IN his thematic response, Shaun replies, "Pete's as good as any sheep dog...We just do things...differently." For starters, Shaun doesn't merely shear sheep, he COIFS them, giving them haute couture clips. Pete, for his part, is unfailingly polite and attentive to their customers, who love Shaun's work so much that they ignore the sheep dogs' herding. As in an old Western, the three men sense trouble, and kick out Pete and Shaun. Undaunted, Shaun gives Pete a new shaved look; the other sheep are so impressed that Pete has an idea, and so "Shaun's Sheep Salon" is born. A very funny series of sheep customers with nouveau wool- follows, and in the coup de grace, even the sheep dogs desert their owners for trims from Shaun! The last few pages complete the transformation, as the herders become professional-level stylists, and Pete's latest idea ("Baa Baaaa!") which means "Everyone can look gorgeous) opens the door to a veritable zoo of new animal clients. The renamed "Shaun's Animal Salon" now serves all animals, great and small, and the newly groomed animals include a panda with a checkerboard top, a rhino with a curly-cue tail, a giraffe with a row of tufted and tied hair running up his neck, and even three human animals--the traditional sheep herders, opening their minds and redesigning their hair. Somehow, Jackie French pulls the whole thing together; her originality doesn't get in the way of the basic goal of telling an entertaining and engaging story.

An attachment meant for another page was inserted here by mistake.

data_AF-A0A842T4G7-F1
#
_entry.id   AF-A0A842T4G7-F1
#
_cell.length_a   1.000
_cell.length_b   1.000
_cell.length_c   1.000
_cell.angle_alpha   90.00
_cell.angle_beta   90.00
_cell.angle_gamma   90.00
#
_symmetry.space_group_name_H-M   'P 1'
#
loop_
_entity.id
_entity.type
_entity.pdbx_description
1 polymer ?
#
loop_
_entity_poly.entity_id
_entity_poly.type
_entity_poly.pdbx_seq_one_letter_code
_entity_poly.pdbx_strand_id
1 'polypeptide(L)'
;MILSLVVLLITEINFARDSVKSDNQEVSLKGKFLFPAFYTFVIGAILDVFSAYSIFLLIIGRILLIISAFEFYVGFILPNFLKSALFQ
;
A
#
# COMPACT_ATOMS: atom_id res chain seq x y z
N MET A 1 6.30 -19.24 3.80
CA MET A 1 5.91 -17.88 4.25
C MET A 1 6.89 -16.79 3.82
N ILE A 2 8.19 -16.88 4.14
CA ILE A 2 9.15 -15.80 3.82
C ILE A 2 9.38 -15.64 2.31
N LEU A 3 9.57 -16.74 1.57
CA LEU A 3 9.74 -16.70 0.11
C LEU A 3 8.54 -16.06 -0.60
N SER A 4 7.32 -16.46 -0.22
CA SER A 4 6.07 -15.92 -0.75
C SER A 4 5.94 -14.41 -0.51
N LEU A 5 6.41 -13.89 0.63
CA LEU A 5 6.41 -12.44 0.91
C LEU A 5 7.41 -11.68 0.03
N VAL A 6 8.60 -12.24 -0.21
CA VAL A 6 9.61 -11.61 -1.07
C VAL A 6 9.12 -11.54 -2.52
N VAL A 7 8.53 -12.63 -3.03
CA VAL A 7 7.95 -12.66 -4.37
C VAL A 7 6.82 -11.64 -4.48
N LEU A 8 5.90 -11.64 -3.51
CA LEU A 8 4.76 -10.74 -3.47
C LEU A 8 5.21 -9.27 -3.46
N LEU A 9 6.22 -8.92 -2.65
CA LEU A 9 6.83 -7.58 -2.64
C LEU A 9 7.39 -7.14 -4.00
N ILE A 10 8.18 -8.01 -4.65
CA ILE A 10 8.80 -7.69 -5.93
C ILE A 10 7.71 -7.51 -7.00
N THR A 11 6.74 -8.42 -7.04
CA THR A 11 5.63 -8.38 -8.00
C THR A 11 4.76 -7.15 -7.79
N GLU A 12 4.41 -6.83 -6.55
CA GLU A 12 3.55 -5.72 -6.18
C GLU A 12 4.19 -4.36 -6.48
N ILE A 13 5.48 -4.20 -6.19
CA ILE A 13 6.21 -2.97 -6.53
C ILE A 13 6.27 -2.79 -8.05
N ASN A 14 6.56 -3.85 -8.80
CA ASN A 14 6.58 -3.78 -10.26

Taur
When my kids read this they had smiles on their faces from start to finish and laughed at the funny story and Bruce Whatley’s humorous illustrations. The characters’ Australian names and expressions are comical too.

There is a message in there for the kids: rather than do what everyone else is doing, have the courage to be yourself. You can be different and trust your individuality will appeal to others.

This is a fun read and delivers its message with wit and subtlety. As it is a Jackie French book, I didn’t expect anything less.
Biaemi
I loved this book! It has a fairly simple story line, and wonderful, light, airy, whimsical illustrations. The expressions are priceless. Best suited for children 4 and up. Super cute.